We all have a friend who wears jeans year round, regardless of the weather. Indigo cotton to the ankle, always. Like guys who insist on wearing shorts through northeastern winters, he’s a contrarian. Maybe he has some old-fashioned ideas about the propriety of knees in public. Maybe he “runs cool.” Maybe he’s just been wearing the same pair of Sugarcane jeans since 2009 and, as the raw denim molded to his body, so too did he mold to the raw denim, and now they’re in effect symbiotic organisms that rely on each other for sustenance and sick fades.
Our friend is wrong. Sweaty denim is bad and, although we don’t love it when it’s too hot for real pants, shorts, it turns out, can be great. (Maybe not at work.) And in the rather wide open world of current menswear, you can wear them short or long, trim or baggy, wildly printed or never-clash khaki, according to your preference. I picked eight pairs I think are worth considering right now — it helps that since summer sales have started even though we’re only just entering summer, some of these are already available at a significant discount.
For the guy who just wants his khakis abbreviated
J. Crew garment-dyed cotton shorts in British khaki ($65, currently on sale for about $35). Khaki shorts may seem boring. OK, they’re boring. But when you’re building a casual summer outfit, you’re often going to choose your shirt first, and if it’s a bright or busy print, some sober shorts may keep the volume of the overall outfit at a reasonable mid level. With a cut that’s neither baggy nor tight and a 9-inch inseam, J. Crew shorts are straight down the middle of the road, in a good way. They also make them in shorter- and longer-inseam versions; handy for people who want to be a little braver, thighwise, and taller guys.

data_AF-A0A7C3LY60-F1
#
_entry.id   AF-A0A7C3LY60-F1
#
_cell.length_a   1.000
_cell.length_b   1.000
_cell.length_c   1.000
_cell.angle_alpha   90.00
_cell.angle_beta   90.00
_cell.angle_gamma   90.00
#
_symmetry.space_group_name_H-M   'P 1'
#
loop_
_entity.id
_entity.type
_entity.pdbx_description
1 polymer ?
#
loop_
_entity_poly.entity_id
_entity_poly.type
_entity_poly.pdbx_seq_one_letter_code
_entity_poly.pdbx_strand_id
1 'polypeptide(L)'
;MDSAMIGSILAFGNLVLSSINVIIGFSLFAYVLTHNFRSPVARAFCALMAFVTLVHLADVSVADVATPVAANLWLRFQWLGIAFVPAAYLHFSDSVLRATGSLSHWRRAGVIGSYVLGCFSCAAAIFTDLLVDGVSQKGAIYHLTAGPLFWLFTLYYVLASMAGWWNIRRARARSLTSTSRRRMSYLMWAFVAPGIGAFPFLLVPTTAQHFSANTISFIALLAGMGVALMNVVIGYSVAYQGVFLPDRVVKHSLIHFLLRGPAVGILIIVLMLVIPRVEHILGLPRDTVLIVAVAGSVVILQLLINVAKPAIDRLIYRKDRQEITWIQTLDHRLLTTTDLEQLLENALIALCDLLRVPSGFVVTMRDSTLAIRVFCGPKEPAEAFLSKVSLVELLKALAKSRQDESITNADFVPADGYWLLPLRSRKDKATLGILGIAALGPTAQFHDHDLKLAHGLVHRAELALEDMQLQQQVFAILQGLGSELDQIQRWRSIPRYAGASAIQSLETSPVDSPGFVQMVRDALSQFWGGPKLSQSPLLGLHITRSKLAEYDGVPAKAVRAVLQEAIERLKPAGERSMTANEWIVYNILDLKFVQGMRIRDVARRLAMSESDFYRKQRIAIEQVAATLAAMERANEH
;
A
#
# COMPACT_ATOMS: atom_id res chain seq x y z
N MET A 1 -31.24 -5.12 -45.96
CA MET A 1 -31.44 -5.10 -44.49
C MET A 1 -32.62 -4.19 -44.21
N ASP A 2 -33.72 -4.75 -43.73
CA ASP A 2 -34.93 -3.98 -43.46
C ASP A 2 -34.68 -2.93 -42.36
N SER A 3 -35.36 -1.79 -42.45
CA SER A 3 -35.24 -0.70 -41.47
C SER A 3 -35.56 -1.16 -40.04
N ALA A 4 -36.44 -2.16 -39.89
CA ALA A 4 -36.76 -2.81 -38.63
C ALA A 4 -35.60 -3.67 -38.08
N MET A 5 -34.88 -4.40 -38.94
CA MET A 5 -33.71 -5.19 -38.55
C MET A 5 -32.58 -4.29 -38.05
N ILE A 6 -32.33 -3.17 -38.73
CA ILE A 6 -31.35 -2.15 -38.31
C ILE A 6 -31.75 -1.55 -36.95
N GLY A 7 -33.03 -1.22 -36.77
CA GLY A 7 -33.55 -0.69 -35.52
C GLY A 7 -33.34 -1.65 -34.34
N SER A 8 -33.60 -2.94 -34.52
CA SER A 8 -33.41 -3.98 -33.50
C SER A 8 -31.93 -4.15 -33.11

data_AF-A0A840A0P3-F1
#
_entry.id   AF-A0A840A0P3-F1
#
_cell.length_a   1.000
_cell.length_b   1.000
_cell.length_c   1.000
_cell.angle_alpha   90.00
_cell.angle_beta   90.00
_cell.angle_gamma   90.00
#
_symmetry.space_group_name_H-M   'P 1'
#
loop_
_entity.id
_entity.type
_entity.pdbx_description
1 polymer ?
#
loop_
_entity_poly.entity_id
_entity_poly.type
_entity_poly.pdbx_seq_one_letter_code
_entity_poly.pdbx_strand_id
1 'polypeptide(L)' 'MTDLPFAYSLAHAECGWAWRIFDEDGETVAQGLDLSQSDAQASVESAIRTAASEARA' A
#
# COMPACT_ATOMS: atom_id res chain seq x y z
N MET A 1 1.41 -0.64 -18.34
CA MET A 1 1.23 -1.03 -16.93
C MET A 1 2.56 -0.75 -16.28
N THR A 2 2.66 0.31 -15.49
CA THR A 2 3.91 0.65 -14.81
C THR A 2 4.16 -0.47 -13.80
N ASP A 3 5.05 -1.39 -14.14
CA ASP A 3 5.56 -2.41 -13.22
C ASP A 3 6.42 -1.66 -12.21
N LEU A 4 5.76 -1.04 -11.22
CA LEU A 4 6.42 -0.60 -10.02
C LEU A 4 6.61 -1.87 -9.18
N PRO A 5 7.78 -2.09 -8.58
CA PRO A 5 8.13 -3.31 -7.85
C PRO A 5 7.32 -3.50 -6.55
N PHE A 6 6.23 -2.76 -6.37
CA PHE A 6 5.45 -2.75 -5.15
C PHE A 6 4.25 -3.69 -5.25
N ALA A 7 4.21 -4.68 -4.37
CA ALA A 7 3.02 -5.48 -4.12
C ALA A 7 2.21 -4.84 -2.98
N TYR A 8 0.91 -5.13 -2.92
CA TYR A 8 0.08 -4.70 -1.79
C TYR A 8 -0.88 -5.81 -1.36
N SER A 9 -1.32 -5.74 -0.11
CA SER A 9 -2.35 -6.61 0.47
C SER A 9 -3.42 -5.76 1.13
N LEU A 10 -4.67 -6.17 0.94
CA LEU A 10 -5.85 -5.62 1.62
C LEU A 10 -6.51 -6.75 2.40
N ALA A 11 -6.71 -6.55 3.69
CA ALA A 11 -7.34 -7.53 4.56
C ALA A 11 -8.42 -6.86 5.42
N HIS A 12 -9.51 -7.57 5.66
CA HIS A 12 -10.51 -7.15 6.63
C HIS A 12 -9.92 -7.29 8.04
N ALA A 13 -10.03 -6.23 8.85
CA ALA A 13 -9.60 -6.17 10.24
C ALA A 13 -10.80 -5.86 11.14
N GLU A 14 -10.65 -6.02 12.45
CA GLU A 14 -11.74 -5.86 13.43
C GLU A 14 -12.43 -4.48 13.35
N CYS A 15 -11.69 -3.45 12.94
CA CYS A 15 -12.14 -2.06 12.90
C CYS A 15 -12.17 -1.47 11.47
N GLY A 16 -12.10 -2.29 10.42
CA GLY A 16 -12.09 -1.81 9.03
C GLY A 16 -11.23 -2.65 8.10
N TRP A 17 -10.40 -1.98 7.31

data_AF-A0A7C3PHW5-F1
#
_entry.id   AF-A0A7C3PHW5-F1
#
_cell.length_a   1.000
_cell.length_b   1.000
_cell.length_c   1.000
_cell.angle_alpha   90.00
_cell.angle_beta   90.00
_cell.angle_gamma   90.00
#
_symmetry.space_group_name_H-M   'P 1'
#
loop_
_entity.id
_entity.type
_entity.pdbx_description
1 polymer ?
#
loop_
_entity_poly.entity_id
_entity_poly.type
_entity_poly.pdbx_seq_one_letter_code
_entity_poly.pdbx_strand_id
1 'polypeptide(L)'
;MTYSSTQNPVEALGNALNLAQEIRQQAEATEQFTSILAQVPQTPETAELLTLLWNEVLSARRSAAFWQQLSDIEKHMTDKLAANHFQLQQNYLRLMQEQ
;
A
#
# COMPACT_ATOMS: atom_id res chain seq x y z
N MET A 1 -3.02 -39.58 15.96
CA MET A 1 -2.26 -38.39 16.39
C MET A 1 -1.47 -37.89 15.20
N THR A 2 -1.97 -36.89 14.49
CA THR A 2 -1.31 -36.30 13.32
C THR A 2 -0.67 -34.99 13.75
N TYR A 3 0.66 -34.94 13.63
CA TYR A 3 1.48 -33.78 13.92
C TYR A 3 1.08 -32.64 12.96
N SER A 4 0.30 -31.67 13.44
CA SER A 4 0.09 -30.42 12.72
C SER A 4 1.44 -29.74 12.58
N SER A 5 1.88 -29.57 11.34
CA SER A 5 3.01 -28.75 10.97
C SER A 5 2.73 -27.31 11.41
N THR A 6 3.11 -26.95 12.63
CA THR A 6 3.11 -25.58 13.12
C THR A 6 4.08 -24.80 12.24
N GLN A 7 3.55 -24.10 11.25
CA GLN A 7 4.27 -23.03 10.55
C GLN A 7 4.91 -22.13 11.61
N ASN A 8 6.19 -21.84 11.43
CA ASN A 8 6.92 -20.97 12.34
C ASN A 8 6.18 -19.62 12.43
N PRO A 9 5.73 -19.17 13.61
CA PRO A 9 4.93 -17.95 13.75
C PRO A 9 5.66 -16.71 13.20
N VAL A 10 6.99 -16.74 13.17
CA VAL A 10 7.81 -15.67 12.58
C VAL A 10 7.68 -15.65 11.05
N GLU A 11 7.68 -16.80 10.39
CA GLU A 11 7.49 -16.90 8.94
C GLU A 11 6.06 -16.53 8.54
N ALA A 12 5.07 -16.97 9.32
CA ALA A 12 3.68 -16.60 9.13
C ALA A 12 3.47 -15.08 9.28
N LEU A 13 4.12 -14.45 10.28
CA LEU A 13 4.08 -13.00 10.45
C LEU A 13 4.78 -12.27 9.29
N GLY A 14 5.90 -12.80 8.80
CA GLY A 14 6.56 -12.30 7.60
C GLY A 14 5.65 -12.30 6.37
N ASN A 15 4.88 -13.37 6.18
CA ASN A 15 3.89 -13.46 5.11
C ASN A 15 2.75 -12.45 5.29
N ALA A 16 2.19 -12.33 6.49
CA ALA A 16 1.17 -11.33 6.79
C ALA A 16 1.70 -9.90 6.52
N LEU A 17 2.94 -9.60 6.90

Alternative: Todd Snyder makes a similarly democratic cut in a cotton/linen blend oxford ($98).
For the guy who wants to salute his shorts
RRL Officer’s Chino short in new military khaki ($155). My default move when thinking about how to upgrade a basic piece is to see if there’s a military surplus or military-influenced version. I like RRL’s officer’s chinos, which are a wide-ish cut and have a little decorative trim around the pockets–the sort of detail that will go unnoticed by most people but will let me convince myself I’m wearing something interesting.
Alternative: Engineered Garments fatigue shorts are a perennial in their spring collection and always awesome in olive drab. Stan Ray’s sateen shorts are nice, as well (I find they run a bit trim in the waist), although I prefer the fabric on the Engineered Garments pairs (these I find to run a bit large).
For the guy who doesn’t carry stuff in his pockets
Relax Lacrosse mesh shorts ($65, 20% off with code ODOYLERULES). Non-gym gym shorts–synthetic, sometimes stretchy, but not necessarily intended for performance use–have the benefit of being very comfortable and relevant in a post-athleisure world. No pockets can be a bummer, though. I like these mesh shorts with knit seam tape from Relax, which offers them in sort of standard varsity colors broadly drawn from lacrosse powerhouse colleges of the past (and present). Jock Ivy?
Alternative: Todd Snyder weekender shorts in satin blend have a boxing short feel I like ($148).
For the guy who’s ready to get weird, but not too weird
Monitaly drawstring shorts (~$250, on sale at No Man Walks Alone for $185). Because summer shirts are often bold and bright, one way to counter plainer toned shorts is by modifying the shape. Monitaly’s drawstring shorts cinch relatively high but are full cut — less modern milsurp and more midcentury painter in his studio. With fabric cinched, you get something of a paper bag effect at the waist that’s pretty specific.
Alternative: 18 East’s ikat drawstring shorts are bolder but plenty wearable ($115). You could also try Engineered Garments shorts in their brighter fabrics, like the Post Imperial collaboration pictured above.